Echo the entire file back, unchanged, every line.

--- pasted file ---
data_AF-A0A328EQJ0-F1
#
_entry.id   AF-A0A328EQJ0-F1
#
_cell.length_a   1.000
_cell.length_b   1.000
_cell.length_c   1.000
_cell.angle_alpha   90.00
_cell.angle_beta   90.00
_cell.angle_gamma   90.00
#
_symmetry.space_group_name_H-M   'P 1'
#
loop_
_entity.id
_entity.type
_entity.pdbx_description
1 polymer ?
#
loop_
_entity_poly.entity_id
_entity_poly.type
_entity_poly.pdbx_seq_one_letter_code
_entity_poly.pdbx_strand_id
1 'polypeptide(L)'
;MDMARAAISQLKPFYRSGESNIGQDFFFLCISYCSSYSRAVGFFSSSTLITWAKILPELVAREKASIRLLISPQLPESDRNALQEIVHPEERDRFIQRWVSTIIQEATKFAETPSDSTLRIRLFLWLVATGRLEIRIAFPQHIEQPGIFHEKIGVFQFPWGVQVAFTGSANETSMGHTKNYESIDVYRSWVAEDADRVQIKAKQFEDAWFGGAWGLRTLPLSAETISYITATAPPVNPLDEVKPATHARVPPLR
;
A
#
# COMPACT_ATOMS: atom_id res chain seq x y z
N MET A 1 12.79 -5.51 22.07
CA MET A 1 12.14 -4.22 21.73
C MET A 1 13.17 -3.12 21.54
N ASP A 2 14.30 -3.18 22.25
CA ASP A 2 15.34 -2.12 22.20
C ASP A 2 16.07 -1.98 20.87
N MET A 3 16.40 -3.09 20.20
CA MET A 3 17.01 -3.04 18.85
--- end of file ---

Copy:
data_AF-A0A328EQJ0-F1
#
_entry.id   AF-A0A328EQJ0-F1
#
_cell.length_a   1.000
_cell.length_b   1.000
_cell.length_c   1.000
_cell.angle_alpha   90.00
_cell.angle_beta   90.00
_cell.angle_gamma   90.00
#
_symmetry.space_group_name_H-M   'P 1'
#
loop_
_entity.id
_entity.type
_entity.pdbx_description
1 polymer ?
#
loop_
_entity_poly.entity_id
_entity_poly.type
_entity_poly.pdbx_seq_one_letter_code
_entity_poly.pdbx_strand_id
1 'polypeptide(L)'
;MDMARAAISQLKPFYRSGESNIGQDFFFLCISYCSSYSRAVGFFSSSTLITWAKILPELVAREKASIRLLISPQLPESDRNALQEIVHPEERDRFIQRWVSTIIQEATKFAETPSDSTLRIRLFLWLVATGRLEIRIAFPQHIEQPGIFHEKIGVFQFPWGVQVAFTGSANETSMGHTKNYESIDVYRSWVAEDADRVQIKAKQFEDAWFGGAWGLRTLPLSAETISYITATAPPVNPLDEVKPATHARVPPLR
;
A
#
# COMPACT_ATOMS: atom_id res chain seq x y z
N MET A 1 12.79 -5.51 22.07
CA MET A 1 12.14 -4.22 21.73
C MET A 1 13.17 -3.12 21.54
N ASP A 2 14.30 -3.18 22.25
CA ASP A 2 15.34 -2.12 22.20
C ASP A 2 16.07 -1.98 20.87
N MET A 3 16.40 -3.09 20.20
CA MET A 3 17.01 -3.04 18.85